denied thousands of those applications, effectively banning the products.
The new study adds to a sometimes confusing body of research on the effects of e-cigarettes on smoking cessation. A couple of clinical trials have suggested that offering e-cigarettes as part of a quit program — along with counseling — can be more effective than counseling plus nicotine patches or gum.
But the key is that in trials, smokers were getting “behavioral support” and guidance on how to use e-cigarettes as a cessation aid, Terry Pechacek, a professor and tobacco control expert at Georgia State University, in Atlanta says.
In studies like the latest one, which follow people in the “real world”, e-cigarettes do not appear to be beneficial.
“And that’s no surprise,” Pechacek adds. He says the same scenario played out when nicotine replacement therapies became available over the counter, and people were using them on their own.
What is the best way to quit smoking?
The best way to quit smoking, according to Pechacek, is by “accessing help” — including free counseling over the phone via government “quitlines.”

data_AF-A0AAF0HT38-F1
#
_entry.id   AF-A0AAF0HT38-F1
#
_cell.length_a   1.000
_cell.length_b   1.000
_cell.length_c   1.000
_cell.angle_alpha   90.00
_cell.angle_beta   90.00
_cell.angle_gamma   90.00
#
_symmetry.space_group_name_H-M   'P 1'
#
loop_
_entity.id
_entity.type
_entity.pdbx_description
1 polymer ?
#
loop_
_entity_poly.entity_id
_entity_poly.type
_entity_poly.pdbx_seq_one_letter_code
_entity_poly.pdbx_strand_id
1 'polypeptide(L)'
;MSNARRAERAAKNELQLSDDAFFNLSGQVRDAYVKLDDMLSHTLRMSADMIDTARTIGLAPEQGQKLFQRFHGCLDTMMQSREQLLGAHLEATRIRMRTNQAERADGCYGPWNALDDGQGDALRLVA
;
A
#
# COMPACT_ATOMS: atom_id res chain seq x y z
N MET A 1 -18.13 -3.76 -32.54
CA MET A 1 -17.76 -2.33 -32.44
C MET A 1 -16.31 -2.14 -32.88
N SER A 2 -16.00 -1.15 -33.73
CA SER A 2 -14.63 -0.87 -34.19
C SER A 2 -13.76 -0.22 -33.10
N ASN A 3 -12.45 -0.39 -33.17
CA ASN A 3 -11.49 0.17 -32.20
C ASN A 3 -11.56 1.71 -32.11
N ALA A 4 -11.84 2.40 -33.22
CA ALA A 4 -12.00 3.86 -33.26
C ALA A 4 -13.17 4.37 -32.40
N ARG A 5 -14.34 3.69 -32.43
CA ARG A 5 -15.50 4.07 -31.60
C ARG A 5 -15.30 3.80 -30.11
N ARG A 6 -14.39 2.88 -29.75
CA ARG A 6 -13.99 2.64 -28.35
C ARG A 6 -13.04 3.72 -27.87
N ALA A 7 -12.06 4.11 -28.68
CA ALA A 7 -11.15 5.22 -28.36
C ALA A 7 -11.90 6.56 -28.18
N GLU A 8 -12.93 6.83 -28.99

In the United States, e-cigarettes are not approved or recommended as a smoking cessation aid, but two medications are: varenicline (Chantix) and the antidepressant bupropion (Wellbutrin).
“We already have FDA-approved therapies,” Dr. Jamie Garfield, a volunteer medical spokesperson with the American Lung Association says.
In general, she says, varenicline is the first choice, followed by bupropion or nicotine replacement therapy — used alongside counseling in all cases.
“I do not recommend e-cigarettes in any context to anyone,” Garfield adds. She notes that no clinical trials have compared e-cigarettes against the FDA-approved medications in helping smokers quit.
And beyond that, Garfield says, there are broader harms of widespread access to e-cigarettes: In the real world, many smokers do not forgo cigarettes once they start vaping, they instead become “dual users.”
It is never too late to quit smoking. The earlier you quit, the sooner you can lower your risk of developing heart disease, cancer, lung disease and any other smoking-related illness. If you are ready to take the first step, call l 1-800-QUIT-NOW.